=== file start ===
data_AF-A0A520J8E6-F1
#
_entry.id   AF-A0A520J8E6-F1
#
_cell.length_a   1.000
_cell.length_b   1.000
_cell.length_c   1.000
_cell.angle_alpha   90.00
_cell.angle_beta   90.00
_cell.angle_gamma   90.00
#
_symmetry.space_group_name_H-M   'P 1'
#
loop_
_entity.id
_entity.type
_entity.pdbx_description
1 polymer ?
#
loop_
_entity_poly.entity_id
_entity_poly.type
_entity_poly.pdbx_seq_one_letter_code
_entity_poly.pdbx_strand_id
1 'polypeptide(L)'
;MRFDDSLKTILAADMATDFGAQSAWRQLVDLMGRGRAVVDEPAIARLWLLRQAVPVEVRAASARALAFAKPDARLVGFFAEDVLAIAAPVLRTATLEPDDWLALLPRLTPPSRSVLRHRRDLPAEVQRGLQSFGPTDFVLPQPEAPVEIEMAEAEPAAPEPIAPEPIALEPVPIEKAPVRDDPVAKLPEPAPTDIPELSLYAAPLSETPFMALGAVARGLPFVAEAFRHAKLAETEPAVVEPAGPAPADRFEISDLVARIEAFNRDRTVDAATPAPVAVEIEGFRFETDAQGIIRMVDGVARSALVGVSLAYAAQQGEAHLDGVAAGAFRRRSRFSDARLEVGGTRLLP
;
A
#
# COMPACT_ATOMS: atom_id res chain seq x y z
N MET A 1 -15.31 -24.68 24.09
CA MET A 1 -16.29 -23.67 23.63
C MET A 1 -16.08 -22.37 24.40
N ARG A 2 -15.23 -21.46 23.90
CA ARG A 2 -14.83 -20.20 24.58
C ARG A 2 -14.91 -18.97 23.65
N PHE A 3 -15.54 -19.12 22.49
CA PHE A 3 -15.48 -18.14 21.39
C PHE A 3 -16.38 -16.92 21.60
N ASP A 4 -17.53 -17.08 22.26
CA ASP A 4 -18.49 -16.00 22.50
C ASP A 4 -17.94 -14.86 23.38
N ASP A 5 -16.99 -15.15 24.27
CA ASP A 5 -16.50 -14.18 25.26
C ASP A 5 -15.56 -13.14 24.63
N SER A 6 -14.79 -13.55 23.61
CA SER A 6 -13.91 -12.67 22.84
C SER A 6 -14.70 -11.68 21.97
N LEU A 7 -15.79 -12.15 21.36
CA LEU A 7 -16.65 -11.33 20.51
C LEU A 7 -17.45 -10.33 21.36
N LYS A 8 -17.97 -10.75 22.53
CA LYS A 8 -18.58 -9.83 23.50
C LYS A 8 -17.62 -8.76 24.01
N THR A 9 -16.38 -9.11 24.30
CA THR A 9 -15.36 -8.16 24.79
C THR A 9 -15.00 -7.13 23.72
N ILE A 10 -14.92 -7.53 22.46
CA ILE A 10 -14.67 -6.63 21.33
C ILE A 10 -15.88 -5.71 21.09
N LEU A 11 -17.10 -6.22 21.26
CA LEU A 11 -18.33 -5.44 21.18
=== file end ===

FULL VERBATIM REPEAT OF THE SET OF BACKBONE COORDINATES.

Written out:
data_AF-A0A520J8E6-F1
#
_entry.id   AF-A0A520J8E6-F1
#
_cell.length_a   1.000
_cell.length_b   1.000
_cell.length_c   1.000
_cell.angle_alpha   90.00
_cell.angle_beta   90.00
_cell.angle_gamma   90.00
#
_symmetry.space_group_name_H-M   'P 1'
#
loop_
_entity.id
_entity.type
_entity.pdbx_description
1 polymer ?
#
loop_
_entity_poly.entity_id
_entity_poly.type
_entity_poly.pdbx_seq_one_letter_code
_entity_poly.pdbx_strand_id
1 'polypeptide(L)'
;MRFDDSLKTILAADMATDFGAQSAWRQLVDLMGRGRAVVDEPAIARLWLLRQAVPVEVRAASARALAFAKPDARLVGFFAEDVLAIAAPVLRTATLEPDDWLALLPRLTPPSRSVLRHRRDLPAEVQRGLQSFGPTDFVLPQPEAPVEIEMAEAEPAAPEPIAPEPIALEPVPIEKAPVRDDPVAKLPEPAPTDIPELSLYAAPLSETPFMALGAVARGLPFVAEAFRHAKLAETEPAVVEPAGPAPADRFEISDLVARIEAFNRDRTVDAATPAPVAVEIEGFRFETDAQGIIRMVDGVARSALVGVSLAYAAQQGEAHLDGVAAGAFRRRSRFSDARLEVGGTRLLP
;
A
#
# COMPACT_ATOMS: atom_id res chain seq x y z
N MET A 1 -15.31 -24.68 24.09
CA MET A 1 -16.29 -23.67 23.63
C MET A 1 -16.08 -22.37 24.40
N ARG A 2 -15.23 -21.46 23.90
CA ARG A 2 -14.83 -20.20 24.58
C ARG A 2 -14.91 -18.97 23.65
N PHE A 3 -15.54 -19.12 22.49
CA PHE A 3 -15.48 -18.14 21.39
C PHE A 3 -16.38 -16.92 21.60
N ASP A 4 -17.53 -17.08 22.26
CA ASP A 4 -18.49 -16.00 22.50
C ASP A 4 -17.94 -14.86 23.38
N ASP A 5 -16.99 -15.15 24.27
CA ASP A 5 -16.50 -14.18 25.26
C ASP A 5 -15.56 -13.14 24.63
N SER A 6 -14.79 -13.55 23.61
CA SER A 6 -13.91 -12.67 22.84
C SER A 6 -14.70 -11.68 21.97
N LEU A 7 -15.79 -12.15 21.36
CA LEU A 7 -16.65 -11.33 20.51
C LEU A 7 -17.45 -10.33 21.36
N LYS A 8 -17.97 -10.75 22.53
CA LYS A 8 -18.58 -9.83 23.50
C LYS A 8 -17.62 -8.76 24.01
N THR A 9 -16.38 -9.11 24.30
CA THR A 9 -15.36 -8.16 24.79
C THR A 9 -15.00 -7.13 23.72
N ILE A 10 -14.92 -7.53 22.46
CA ILE A 10 -14.67 -6.63 21.33
C ILE A 10 -15.88 -5.71 21.09
N LEU A 11 -17.10 -6.22 21.26
CA LEU A 11 -18.33 -5.44 21.18